How is testicular torsion treated?
A testicular torsion must be treated with surgery, although an emergency room doctor may try to manually untwist the cord. Even in these cases, surgery will be needed. During surgery for testicular torsion, the surgeon will untwist the testicle, restoring blood flow to the area. He or she will then secure it with sutures to the inner scrotal wall to prevent future torsions.
The surgeon will usually perform the surgery through the scrotum, although sometimes they will need to make an incision through the groin. They will also fix the unaffected testicle to prevent future torsion because a bell clapper usually exists on both sides.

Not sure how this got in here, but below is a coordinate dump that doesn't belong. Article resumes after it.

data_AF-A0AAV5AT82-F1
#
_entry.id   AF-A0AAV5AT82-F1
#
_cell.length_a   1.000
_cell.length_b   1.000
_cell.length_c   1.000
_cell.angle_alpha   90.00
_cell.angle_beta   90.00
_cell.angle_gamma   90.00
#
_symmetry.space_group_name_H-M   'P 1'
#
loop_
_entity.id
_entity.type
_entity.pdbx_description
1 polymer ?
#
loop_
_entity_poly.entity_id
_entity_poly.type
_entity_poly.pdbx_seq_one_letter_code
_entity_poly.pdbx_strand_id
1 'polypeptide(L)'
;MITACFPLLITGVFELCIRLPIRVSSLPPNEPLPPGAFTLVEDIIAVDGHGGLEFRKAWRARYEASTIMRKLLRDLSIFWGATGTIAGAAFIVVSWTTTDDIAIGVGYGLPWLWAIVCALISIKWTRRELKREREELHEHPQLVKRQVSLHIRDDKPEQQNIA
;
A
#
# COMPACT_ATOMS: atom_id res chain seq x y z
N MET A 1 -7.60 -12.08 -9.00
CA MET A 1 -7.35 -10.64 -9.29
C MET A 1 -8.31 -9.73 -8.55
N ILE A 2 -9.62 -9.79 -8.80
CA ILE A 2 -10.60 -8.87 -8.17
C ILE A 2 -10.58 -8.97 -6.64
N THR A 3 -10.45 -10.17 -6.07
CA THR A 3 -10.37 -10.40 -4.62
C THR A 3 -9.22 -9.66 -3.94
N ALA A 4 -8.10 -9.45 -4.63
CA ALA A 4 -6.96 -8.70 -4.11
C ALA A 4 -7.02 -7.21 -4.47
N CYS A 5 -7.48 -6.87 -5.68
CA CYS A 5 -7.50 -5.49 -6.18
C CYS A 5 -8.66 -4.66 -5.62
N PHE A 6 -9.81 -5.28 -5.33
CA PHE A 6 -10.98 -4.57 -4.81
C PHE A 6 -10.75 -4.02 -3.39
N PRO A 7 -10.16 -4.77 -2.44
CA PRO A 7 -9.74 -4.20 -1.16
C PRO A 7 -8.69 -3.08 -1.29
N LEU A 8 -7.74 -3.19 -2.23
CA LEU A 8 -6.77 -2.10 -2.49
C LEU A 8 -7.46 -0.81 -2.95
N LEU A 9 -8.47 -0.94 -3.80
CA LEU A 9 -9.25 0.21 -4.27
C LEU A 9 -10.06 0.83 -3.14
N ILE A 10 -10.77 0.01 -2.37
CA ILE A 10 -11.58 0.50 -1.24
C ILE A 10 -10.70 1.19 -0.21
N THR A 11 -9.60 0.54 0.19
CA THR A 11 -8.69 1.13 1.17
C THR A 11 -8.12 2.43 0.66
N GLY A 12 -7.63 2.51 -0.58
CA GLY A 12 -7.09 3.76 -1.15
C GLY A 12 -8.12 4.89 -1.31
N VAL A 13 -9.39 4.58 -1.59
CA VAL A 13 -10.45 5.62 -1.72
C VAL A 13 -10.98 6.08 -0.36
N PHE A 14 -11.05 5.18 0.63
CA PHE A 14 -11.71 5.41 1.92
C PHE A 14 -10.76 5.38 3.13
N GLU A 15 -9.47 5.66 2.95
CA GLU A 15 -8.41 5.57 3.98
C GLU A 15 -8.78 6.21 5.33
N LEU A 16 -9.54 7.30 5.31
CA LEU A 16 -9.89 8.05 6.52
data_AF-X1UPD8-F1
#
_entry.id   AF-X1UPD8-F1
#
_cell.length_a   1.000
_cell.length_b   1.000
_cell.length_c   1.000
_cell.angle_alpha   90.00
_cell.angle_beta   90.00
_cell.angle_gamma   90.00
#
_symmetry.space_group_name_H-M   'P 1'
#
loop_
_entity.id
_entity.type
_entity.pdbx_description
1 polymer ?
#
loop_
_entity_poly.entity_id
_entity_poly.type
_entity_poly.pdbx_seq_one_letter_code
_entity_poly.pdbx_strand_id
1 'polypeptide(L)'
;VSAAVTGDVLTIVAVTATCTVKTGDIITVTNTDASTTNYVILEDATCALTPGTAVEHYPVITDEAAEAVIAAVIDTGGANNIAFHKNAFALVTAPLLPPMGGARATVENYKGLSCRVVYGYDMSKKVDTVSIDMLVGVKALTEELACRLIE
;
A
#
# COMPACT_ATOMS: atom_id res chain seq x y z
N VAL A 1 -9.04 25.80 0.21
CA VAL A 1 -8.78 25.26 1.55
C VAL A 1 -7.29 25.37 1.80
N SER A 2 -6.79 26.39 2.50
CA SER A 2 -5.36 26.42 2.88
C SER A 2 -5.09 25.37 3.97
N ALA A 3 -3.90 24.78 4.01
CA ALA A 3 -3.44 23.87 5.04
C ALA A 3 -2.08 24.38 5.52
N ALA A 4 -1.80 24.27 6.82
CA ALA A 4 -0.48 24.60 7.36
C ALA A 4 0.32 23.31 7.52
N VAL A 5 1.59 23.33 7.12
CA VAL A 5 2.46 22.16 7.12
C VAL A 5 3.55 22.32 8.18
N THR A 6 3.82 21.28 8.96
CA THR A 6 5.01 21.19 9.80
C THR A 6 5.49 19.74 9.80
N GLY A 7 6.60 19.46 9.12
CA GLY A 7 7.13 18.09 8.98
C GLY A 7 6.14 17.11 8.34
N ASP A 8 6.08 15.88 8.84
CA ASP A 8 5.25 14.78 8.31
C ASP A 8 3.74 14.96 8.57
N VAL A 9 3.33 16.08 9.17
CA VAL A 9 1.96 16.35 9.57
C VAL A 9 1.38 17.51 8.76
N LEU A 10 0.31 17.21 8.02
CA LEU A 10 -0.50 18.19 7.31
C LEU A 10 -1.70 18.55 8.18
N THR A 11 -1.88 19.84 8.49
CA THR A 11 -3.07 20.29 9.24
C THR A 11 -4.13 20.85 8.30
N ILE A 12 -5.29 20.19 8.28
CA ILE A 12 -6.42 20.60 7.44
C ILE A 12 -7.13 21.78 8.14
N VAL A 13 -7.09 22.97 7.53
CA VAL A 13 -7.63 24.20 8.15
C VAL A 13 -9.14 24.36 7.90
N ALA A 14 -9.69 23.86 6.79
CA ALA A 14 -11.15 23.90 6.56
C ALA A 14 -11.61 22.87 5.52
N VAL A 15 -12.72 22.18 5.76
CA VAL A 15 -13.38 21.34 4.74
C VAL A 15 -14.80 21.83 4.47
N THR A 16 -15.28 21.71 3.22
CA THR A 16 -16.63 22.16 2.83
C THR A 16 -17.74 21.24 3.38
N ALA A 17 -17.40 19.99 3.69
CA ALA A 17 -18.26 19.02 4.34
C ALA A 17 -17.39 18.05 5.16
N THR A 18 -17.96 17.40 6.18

Studies have shown that if surgery is delayed more than six hours, it is very likely the testicle will need to be removed. This occurs in more than 75 percent of cases after 12 hours.
Unfortunately, newborns with testicular torsion often lose their testicle because the blood flow has been interrupted far too long and the tissue has died (become infarcted). Surgery will still be performed to remove the dead testicle and suture the other testicle so it does not become twisted later in life.